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‘Raising a Daughter with Down Syndrome Helped Me Navigate the World’

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Every mama has a hiccup…

Bright blue-eyed Canadian mum Stephanie is the type of woman you meet at a BBQ and instantly know she makes the best potato salad. As the eldest of six, she is warm, yet assertive – like your favourite elementary teacher who taught you about the word “respect”. Stephanie (or Steph as I soon feel inclined to call her – because of her easy going and huggable demeanour), is a mum of three. And her middle child happens to have Down syndrome.

Many are familiar with Emily Perl Kingsley’s essay written in 1987, “Welcome to Holland”, a viral parent poem that compares the experience of someone finding out their child has a disability to having their preconceived trip to Italy rerouted to Holland. A different place indeed, not better or worse, just different, and Steph navigates her ‘Holland’ with the best GPS, and a backpack filled with lots of strong will.

She is a published writer, internationally acclaimed photographer, and founder of Nektar, where she helps many find the sweet spot in life. With an Emirates NBD panel discussion (where she discussed the issue of education expenses) and a selected hub dot speaker under her belt, she is a true storyteller in the most visceral form. Living in Dubai she has fought the ultimate fight that mamas applaud her for when trying to get her daughter Ruby into mainstream schooling. Comments from schools like “We’ve never had one of those,” put her on a clear path to pushing the edge of norm.


“Parents were and still are coming to me with the same stories. People are spreading the word, ‘Go talk to Steph – she got Ruby into school’.”

People connect with visuals to tell the story. She is clearly a visual person with edgy asymmetrical hair and a fierce look in her eyes. “Everyone is a reflection of you in some way, so I took this photo of her (Ruby),” she shows me a blurred picture of an obvious look… “The prompt from a photography course I was taking was ‘rise’ and here was this girl looking at me asking me to do that. She was daring me, willing me to get these stories out.”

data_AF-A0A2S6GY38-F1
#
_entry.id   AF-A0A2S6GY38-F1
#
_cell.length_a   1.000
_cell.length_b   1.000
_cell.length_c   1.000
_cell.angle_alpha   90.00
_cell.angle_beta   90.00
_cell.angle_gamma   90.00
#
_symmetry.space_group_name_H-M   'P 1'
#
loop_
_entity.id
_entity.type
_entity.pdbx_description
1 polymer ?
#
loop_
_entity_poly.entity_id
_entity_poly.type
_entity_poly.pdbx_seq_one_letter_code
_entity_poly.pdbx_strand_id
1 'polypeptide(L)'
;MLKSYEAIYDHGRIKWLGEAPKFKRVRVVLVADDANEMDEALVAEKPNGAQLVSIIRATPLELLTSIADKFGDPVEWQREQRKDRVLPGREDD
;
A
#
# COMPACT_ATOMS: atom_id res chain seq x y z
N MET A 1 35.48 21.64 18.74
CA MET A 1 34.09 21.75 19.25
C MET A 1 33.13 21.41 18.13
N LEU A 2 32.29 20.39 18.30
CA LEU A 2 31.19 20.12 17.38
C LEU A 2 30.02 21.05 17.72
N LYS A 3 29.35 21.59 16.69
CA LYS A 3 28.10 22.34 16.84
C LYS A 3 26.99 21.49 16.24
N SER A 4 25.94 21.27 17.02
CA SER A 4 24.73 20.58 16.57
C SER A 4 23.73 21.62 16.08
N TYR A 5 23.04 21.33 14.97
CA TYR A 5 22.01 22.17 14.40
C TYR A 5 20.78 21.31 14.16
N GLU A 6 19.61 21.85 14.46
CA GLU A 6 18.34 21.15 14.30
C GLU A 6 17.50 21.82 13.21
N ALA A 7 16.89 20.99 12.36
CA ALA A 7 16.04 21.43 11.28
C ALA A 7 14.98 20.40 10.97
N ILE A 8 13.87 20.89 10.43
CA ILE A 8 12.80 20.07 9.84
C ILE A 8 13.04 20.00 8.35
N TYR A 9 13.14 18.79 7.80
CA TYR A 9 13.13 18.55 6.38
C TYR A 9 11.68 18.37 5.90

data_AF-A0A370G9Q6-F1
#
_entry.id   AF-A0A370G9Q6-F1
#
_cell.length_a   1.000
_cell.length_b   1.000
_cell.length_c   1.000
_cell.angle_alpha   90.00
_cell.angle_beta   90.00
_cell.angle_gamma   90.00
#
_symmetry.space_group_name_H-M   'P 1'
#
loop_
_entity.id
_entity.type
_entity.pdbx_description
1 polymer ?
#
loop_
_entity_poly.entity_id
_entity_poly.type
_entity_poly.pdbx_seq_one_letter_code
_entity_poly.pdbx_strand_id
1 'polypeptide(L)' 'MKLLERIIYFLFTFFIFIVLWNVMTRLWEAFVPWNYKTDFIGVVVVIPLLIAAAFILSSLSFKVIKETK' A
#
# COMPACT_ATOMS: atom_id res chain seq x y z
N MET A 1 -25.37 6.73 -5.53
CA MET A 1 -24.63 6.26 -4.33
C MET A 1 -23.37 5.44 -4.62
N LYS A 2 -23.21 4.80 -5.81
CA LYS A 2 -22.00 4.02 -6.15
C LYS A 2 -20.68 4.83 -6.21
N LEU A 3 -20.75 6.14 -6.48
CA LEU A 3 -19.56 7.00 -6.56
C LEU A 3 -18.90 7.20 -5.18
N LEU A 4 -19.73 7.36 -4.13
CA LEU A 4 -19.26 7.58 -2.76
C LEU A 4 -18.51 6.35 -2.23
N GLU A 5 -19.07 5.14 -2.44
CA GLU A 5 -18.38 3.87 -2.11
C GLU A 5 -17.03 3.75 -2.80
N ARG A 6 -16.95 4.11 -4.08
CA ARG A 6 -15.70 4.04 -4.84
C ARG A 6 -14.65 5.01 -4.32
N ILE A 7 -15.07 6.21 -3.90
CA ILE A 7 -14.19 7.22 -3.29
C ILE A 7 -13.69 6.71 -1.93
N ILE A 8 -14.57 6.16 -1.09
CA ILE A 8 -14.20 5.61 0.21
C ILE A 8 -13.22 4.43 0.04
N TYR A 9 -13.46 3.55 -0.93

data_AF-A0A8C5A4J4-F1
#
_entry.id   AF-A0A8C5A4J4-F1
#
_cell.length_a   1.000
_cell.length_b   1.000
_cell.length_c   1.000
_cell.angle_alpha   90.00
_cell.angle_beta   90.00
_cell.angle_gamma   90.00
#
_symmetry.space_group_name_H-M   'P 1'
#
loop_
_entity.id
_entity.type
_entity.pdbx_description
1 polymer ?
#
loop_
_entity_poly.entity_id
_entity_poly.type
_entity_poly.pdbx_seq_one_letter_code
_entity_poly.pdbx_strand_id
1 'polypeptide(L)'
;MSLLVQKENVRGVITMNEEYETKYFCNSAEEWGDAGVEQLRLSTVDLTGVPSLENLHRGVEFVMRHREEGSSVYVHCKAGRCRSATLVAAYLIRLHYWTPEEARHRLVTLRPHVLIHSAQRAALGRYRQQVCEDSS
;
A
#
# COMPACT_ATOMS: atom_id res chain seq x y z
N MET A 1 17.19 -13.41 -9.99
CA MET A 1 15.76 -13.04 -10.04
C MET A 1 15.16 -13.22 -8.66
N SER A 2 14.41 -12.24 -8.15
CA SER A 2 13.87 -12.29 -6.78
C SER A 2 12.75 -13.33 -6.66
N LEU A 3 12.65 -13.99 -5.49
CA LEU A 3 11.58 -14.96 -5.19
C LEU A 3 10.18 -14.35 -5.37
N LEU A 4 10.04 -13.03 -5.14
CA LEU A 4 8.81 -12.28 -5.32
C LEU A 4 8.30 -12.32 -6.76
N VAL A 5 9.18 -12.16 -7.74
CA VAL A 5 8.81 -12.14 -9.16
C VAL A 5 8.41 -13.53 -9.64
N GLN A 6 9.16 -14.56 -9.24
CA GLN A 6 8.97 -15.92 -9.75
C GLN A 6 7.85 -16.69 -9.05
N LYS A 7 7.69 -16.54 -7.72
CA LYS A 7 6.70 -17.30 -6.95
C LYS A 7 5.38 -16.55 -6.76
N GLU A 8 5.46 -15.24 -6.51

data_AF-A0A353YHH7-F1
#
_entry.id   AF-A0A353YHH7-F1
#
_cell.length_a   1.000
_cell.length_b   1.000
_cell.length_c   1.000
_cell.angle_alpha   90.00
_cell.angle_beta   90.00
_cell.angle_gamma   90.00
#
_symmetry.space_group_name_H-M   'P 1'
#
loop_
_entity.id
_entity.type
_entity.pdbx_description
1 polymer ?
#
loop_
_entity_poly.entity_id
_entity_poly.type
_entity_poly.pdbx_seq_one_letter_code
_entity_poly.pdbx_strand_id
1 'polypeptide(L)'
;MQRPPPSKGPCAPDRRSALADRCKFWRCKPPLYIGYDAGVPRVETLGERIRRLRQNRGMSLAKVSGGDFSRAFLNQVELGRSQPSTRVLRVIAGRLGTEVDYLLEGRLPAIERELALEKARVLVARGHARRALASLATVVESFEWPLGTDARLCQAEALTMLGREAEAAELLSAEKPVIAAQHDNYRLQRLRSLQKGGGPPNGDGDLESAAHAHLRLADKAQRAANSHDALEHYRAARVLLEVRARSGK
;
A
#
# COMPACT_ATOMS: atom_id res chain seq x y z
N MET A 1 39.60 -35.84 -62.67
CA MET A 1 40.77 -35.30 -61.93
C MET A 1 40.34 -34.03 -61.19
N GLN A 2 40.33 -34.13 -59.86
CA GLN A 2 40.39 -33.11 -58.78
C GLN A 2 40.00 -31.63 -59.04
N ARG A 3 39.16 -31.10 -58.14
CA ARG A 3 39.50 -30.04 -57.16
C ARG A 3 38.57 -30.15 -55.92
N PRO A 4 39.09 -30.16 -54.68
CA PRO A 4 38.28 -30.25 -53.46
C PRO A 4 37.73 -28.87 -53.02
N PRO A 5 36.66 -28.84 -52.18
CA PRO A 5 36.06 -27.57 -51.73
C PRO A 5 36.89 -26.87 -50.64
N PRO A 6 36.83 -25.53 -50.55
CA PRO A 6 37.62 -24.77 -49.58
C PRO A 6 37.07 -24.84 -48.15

“The room was silent when I delivered Ruby, they were silent, very quiet serene, peaceful – they said the baby has Down syndrome but probably a mild case of it.” In reality you either have it or you don’t. Instead of trying to run away she focuses on positives and look at people’s individual gifts and what makes them unique. She seeks out and showcases people who do most extraordinary things with their lives, such as Karen Gaffney, the first woman with Down syndrome to swim the English Channel and other heroic stories.

“I am ME” (ME stands for most extraordinary) is Steph’s project aiming to change, not only the process, language and education, but to change the image of the whole situation, one picture and one story at a time. She interviews and writes stories on Facebook and asks the questions no one seems to ask, to shed light on people with a disability. She goes into people’s homes to talk to them, “Like real face-to-face time” to reframe them as so much more than society (so far) frames them.

When she got 1000 Likes in 24 hours, her fanbase and visibility positively exploded.

stephanie hamilton and daughter

She has major projects to create a medical training program to educate medical staff on how to break the news of a diagnosis with dignity, grace, and the best resources and support. Contact Steph for more details.

She talks with drive, purpose and focus, turning her advice into value on so many levels. With a fear of inadequacy, it’s no wonder. As a fellow mama, I always take away so much from these interviews, from the obvious to the not-so obvious. From Steph, I leave feeling invigorated with what now, why not, just get on with it. Dubai is so happily focused on the physical. She sees Ruby as “light and beautiful” so, “Why focus on the fact that she can’t do arithmetic? That child gives a different richness to so many kids – teaching compassion, leadership and acceptance.”

Ruby wears no mask. Her obvious mask is Down syndrome but it’s also not at all. She doesn’t care and as simple as it sounds she wants others to loosen up, not be so serious, and to enjoy life. I can’t help but laugh at her description of loosened up Ruby wiping ketchup on a designer bag. With no inhibition as her biggest challenge, the gift comes with everyone around her being willing to push and test boundaries.

“Society builds you up like you’re amazing and you’re supposed to have answers and be positive. ALL. THE. TIME. But that wouldn’t be normal, now would it?” Well, she isn’t normal… She is wonderfully something. Most exceptional.

Steph has been there for a while, caught her breath, looked around and is now telling others, “Holland has tulips. Holland even has Rembrandts.”

She is taking pictures and sharing stories because “There is beauty in difference, and it is my dream that we can start to see those differences as gifts.”

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